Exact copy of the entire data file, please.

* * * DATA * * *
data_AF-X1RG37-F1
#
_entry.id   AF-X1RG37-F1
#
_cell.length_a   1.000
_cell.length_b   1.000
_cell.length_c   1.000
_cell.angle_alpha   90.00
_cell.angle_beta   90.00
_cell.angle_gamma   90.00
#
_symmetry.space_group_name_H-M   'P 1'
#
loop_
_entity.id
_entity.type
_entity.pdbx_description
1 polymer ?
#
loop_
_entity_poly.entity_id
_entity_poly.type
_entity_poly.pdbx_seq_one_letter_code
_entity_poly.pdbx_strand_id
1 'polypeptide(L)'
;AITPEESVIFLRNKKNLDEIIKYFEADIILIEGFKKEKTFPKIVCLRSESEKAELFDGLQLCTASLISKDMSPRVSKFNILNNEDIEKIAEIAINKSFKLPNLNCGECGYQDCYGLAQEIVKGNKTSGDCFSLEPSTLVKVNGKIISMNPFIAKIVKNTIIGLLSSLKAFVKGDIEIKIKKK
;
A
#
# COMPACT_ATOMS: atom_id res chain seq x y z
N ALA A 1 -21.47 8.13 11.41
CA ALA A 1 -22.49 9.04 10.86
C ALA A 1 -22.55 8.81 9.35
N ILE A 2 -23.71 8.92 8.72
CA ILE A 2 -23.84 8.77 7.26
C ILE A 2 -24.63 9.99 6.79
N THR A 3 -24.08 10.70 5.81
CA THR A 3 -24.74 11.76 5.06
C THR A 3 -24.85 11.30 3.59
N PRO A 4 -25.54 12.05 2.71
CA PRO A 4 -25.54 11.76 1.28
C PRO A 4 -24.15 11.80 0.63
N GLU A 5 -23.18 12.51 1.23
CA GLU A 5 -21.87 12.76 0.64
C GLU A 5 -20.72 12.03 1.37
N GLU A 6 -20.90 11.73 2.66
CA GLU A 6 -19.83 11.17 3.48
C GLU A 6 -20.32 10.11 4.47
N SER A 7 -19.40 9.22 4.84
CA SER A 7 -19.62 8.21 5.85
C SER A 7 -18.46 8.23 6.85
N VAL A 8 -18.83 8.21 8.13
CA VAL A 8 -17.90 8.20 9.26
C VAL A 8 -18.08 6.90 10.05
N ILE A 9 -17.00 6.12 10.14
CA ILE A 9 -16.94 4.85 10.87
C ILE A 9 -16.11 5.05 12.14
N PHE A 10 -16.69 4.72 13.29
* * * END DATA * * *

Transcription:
data_AF-X1RG37-F1
#
_entry.id   AF-X1RG37-F1
#
_cell.length_a   1.000
_cell.length_b   1.000
_cell.length_c   1.000
_cell.angle_alpha   90.00
_cell.angle_beta   90.00
_cell.angle_gamma   90.00
#
_symmetry.space_group_name_H-M   'P 1'
#
loop_
_entity.id
_entity.type
_entity.pdbx_description
1 polymer ?
#
loop_
_entity_poly.entity_id
_entity_poly.type
_entity_poly.pdbx_seq_one_letter_code
_entity_poly.pdbx_strand_id
1 'polypeptide(L)'
;AITPEESVIFLRNKKNLDEIIKYFEADIILIEGFKKEKTFPKIVCLRSESEKAELFDGLQLCTASLISKDMSPRVSKFNILNNEDIEKIAEIAINKSFKLPNLNCGECGYQDCYGLAQEIVKGNKTSGDCFSLEPSTLVKVNGKIISMNPFIAKIVKNTIIGLLSSLKAFVKGDIEIKIKKK
;
A
#
# COMPACT_ATOMS: atom_id res chain seq x y z
N ALA A 1 -21.47 8.13 11.41
CA ALA A 1 -22.49 9.04 10.86
C ALA A 1 -22.55 8.81 9.35
N ILE A 2 -23.71 8.92 8.72
CA ILE A 2 -23.84 8.77 7.26
C ILE A 2 -24.63 9.99 6.79
N THR A 3 -24.08 10.70 5.81
CA THR A 3 -24.74 11.76 5.06
C THR A 3 -24.85 11.30 3.59
N PRO A 4 -25.54 12.05 2.71
CA PRO A 4 -25.54 11.76 1.28
C PRO A 4 -24.15 11.80 0.63
N GLU A 5 -23.18 12.51 1.23
CA GLU A 5 -21.87 12.76 0.64
C GLU A 5 -20.72 12.03 1.37
N GLU A 6 -20.90 11.73 2.66
CA GLU A 6 -19.83 11.17 3.48
C GLU A 6 -20.32 10.11 4.47
N SER A 7 -19.40 9.22 4.84
CA SER A 7 -19.62 8.21 5.85
C SER A 7 -18.46 8.23 6.85
N VAL A 8 -18.83 8.21 8.13
CA VAL A 8 -17.90 8.20 9.26
C VAL A 8 -18.08 6.90 10.05
N ILE A 9 -17.00 6.12 10.14
CA ILE A 9 -16.94 4.85 10.87
C ILE A 9 -16.11 5.05 12.14
N PHE A 10 -16.69 4.72 13.29